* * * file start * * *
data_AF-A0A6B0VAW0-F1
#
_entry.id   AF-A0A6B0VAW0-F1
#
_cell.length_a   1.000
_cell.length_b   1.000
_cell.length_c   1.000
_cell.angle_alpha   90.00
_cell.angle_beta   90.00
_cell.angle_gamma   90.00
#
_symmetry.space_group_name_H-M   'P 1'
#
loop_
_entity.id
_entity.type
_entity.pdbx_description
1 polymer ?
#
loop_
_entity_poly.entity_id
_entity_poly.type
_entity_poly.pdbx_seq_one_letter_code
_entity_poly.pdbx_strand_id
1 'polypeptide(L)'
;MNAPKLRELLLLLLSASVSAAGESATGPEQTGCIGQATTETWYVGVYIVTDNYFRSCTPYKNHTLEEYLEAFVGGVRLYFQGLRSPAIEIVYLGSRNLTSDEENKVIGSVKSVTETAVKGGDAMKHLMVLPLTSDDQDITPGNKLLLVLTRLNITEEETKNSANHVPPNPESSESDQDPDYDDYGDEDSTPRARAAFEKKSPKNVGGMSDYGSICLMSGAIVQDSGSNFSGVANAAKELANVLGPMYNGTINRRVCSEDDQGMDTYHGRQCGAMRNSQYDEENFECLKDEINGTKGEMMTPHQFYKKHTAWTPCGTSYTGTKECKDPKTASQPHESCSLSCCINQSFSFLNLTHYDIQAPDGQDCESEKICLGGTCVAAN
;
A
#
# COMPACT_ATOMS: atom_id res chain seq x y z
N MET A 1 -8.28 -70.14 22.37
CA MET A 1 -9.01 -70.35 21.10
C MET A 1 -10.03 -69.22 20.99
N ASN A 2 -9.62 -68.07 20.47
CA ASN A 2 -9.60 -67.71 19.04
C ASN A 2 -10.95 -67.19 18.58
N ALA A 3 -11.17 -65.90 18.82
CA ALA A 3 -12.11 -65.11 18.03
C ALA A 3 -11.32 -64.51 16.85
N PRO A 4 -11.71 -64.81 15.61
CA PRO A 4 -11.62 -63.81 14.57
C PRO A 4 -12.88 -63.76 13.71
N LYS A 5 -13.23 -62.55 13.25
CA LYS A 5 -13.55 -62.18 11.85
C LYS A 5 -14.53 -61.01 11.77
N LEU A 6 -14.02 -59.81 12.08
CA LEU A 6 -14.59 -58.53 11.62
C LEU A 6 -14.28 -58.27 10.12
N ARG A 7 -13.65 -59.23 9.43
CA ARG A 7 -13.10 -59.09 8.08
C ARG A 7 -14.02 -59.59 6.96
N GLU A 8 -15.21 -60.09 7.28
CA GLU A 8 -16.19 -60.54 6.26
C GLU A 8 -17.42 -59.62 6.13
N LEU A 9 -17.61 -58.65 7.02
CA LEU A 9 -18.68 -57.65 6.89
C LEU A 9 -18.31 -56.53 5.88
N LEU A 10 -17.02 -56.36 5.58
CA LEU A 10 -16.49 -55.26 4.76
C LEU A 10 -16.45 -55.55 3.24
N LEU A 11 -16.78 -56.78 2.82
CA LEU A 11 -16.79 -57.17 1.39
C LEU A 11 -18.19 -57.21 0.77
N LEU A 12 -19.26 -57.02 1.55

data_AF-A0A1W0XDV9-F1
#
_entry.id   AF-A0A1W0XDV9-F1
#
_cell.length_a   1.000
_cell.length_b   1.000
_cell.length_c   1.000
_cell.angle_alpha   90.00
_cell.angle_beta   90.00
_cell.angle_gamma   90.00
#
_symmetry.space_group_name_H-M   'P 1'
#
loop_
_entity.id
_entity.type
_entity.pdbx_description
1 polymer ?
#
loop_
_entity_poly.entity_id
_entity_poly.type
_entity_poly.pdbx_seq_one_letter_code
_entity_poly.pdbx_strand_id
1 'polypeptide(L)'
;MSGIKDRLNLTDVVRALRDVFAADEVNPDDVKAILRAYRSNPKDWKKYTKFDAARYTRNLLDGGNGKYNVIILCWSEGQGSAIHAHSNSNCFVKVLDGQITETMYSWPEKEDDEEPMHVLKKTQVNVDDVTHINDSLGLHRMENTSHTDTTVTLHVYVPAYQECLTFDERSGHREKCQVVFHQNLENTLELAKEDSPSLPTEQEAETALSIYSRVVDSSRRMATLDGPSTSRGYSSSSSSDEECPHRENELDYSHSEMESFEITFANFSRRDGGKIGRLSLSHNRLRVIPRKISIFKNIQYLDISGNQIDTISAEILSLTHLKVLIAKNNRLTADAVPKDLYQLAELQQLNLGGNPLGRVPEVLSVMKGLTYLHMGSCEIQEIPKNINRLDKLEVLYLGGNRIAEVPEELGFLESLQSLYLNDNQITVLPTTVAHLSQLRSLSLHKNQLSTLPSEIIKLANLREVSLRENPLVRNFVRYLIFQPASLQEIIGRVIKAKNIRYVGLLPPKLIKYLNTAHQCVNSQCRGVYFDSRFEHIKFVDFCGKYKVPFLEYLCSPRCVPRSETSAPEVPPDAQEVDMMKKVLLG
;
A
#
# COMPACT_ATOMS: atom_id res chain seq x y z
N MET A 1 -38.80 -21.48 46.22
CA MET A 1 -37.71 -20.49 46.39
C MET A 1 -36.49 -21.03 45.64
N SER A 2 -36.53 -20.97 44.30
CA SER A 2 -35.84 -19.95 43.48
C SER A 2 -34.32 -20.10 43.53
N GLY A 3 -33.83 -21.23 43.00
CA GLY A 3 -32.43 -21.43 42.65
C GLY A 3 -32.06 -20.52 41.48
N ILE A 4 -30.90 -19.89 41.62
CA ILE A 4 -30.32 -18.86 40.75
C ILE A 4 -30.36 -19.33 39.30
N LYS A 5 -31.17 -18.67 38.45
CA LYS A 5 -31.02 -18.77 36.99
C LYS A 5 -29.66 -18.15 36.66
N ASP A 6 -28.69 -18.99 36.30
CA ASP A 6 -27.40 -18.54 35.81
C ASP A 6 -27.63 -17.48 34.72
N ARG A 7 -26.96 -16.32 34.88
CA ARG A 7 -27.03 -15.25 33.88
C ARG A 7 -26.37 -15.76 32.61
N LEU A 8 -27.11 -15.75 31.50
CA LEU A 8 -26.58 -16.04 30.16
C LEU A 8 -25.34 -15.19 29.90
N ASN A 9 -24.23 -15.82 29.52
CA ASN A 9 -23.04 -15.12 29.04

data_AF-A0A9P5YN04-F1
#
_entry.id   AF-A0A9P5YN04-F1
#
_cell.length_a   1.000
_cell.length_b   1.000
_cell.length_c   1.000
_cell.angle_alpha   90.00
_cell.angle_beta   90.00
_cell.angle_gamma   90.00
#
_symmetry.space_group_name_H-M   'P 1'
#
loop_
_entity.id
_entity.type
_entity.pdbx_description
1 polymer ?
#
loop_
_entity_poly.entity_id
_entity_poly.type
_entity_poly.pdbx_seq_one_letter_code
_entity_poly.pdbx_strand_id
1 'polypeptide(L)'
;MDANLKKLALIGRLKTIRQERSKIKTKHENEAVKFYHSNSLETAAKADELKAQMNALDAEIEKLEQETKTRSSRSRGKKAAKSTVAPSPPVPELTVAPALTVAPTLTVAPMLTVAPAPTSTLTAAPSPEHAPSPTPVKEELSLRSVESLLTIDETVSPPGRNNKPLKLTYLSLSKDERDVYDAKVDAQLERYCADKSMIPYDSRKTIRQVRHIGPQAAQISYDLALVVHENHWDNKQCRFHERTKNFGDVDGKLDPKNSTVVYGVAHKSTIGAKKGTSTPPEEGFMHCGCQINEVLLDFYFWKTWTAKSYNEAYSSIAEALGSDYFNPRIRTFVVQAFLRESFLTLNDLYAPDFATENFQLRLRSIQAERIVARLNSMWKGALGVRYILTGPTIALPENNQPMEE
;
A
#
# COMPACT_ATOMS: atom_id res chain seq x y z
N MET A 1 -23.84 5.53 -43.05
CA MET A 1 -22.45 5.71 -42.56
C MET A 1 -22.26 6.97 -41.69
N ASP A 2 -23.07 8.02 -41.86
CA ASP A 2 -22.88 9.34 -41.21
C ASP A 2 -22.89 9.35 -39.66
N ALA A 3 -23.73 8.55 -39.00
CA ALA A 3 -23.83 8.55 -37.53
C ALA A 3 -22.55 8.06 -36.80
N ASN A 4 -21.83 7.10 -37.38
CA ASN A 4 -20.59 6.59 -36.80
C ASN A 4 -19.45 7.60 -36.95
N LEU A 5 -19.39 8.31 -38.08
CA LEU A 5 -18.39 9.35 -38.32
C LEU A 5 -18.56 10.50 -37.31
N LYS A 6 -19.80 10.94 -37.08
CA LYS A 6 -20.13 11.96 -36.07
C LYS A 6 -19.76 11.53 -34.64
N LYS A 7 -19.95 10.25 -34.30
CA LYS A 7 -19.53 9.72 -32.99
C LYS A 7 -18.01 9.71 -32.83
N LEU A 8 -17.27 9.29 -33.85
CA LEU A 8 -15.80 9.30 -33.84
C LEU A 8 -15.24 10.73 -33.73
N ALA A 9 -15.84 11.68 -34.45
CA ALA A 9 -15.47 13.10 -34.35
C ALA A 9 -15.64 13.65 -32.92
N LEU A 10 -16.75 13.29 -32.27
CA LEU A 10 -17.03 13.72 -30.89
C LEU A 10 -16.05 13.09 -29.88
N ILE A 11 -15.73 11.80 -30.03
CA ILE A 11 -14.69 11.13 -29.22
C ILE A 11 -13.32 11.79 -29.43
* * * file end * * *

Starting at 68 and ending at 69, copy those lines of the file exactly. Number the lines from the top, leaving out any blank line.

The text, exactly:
#
_cell.length_a   1.000